PSIA Level 2 Prep

Well, I spent 2 days over at Sunburst doing my Level 2 Prep. Actually, I got there one day early and spent a few hours out on their hill, reacquainting myself with it since it had been 2 years and the only other time I was there was during a blizzard where we cut the Level 1 Exam down to 1 day (which I didn’t pass).

The hill was nice. It’s not big but adequate. The staff there was very nice. I heard they were closed a few days last week because of the warm temps (into the 50s) last week but they opened up on Thursday. Friday was kind of icy but alright. Thank God we got a nice 1" or so of snow Friday night because the snow on both Saturday and Sunday was great. I heard a lot of comments about how it was not crowded there. People were saying that once the snow melted in town, people start thinking the season is over. Interesting. Maybe that’s true.

The teaching we got was great. For our first day, we had Peter enthusiastically teach us about directional movements with our femers. I thought it was cool to use that movement when doing sideslips. We also explored functional tension in our legs when making turns. Everyone in the group, including me, saw this as a whole new way to ski almost and were kind of surprised that with all the training we’ve had, this has never been mentioned – or at least not explained as well. We did have basically all day to do this, so maybe that was the difference. Another emphasis was getting our weight/pressure to be 50/50 on our skis when doing turns – or at least being able to quickly get back to 50/50 at any given moment since you really can’t maintain 50/50 pressure on skis when progressing through a turn.

Another fun exercise we did was with a falling leaf type of drill but we’d instead fall into a downhill turn at the apex of the leaf by turning our femer downhill. That was good.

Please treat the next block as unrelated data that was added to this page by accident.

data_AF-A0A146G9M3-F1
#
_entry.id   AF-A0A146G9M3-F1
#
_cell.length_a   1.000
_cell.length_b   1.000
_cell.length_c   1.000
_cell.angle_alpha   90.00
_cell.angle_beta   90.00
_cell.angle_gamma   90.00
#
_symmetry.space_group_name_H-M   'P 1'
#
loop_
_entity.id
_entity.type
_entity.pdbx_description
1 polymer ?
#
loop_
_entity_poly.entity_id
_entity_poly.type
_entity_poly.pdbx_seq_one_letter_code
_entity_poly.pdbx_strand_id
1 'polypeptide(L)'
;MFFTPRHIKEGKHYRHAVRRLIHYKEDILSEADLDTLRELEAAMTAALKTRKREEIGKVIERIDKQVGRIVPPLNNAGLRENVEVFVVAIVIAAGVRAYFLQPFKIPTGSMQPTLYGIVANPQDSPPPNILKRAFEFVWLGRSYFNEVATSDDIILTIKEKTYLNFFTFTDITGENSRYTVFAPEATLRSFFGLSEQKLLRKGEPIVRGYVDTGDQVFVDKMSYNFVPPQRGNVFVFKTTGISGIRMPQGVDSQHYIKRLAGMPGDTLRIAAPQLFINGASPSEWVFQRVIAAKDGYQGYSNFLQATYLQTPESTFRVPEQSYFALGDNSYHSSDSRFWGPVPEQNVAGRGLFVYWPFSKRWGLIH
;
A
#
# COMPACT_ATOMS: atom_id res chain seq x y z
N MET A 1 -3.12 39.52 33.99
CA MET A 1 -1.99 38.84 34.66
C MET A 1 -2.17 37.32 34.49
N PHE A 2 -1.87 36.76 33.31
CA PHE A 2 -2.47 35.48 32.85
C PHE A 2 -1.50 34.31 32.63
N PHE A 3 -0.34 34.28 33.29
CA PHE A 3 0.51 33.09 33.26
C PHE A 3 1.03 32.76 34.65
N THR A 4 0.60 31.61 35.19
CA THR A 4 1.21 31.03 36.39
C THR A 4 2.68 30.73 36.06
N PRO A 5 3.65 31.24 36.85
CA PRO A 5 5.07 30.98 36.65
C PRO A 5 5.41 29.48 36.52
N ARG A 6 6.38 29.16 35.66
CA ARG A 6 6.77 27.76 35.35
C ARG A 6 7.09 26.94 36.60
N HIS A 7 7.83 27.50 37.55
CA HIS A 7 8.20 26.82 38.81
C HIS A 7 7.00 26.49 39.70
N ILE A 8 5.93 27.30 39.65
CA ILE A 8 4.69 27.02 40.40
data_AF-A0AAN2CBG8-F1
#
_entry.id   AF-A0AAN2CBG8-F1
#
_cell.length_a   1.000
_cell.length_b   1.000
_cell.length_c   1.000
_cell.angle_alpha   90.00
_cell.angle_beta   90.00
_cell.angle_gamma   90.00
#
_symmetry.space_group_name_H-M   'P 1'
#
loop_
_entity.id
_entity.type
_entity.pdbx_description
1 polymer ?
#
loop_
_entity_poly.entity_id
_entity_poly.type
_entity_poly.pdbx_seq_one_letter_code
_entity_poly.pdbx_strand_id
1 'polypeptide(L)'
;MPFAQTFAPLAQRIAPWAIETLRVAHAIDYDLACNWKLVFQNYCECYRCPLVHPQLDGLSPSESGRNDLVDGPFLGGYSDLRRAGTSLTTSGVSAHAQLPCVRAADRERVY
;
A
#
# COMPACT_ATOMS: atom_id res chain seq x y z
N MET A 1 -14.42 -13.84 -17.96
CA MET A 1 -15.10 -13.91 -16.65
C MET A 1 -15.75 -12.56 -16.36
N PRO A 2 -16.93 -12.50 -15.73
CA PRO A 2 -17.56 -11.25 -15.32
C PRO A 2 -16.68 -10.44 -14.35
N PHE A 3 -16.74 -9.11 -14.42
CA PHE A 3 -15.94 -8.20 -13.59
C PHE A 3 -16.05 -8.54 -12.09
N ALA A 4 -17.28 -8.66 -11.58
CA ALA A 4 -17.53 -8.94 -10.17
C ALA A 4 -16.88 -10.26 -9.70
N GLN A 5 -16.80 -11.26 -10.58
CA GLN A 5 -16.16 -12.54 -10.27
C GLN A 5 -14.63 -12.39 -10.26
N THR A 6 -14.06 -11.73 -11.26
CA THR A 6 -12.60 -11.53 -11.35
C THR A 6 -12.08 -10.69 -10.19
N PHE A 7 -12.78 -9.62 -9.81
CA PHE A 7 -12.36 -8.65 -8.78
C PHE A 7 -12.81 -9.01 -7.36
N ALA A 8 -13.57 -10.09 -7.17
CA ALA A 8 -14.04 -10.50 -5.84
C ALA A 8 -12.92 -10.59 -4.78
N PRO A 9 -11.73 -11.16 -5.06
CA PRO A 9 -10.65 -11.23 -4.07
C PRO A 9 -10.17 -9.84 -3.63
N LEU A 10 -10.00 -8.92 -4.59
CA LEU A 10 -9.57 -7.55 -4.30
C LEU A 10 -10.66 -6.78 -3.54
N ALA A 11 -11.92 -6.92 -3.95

On Sunday, we had Sheri who says that her most favorite thing to do is the Level 2 Prep training. Wow. And it was good. She paid attention to what we wanted to work on and came through on that and helped us. Steve from Cascade (who I know pretty well) also lended a hand and taught us about boot/cuff pressure with a hoola hoop metaphor which we all really thought was good. Later in the day, during our teaching, he jumped in and gave us an imaginary box around our skis where we’d point to the corners with our pole to help minimize any pop during our turns.

Sheri showed us a cool way to help people get from wedge turns to parallel. You simply tell people to only wedge with one ski – either the left or right. So just turning in a wedge with your right ski puts you into a wedge turn when turning left (or as you are going right and turn left) and then after that turn, you’re skiing parallel and turning parallel. It’s cool. I’d like to see how that works with people and I’ll have to play with that a bit myself, too.

For our teaching, I got to teach how to go from Z-shaped turns to C-shaped turns. It went pretty well. I need to better plan my lesson and teach these more so that I get more confident with them (it tough to teach in front of your peers versus "never-evers" or non-instructors). But I had a simple plan which worked, provided feedback, tried to make it fun and had a very good wrap up – so I’m happy with what was basically my 2nd time teaching an intermediate lesson to my peers. I’ll have to jump in and do that more during Wednesday night clinics and that’ll help. I’ve got a year to prepare, basically. Oh and I’ll have to complete my Level 2 Portfolio, since that’s going to be required next year. No problem.

Anyway, I had fun and slept well those nights. Being on the snow 8 or more hours is a lot of work. Sometimes you’re just standing there, but if you’re on a slope, that can even be some work. All that fresh air, sun and wind also contributed to being really wiped out at the end of the day. It was good and I’m glad I went. We had a great group and had fun, Stan (inside joke). 🙂

-Tony

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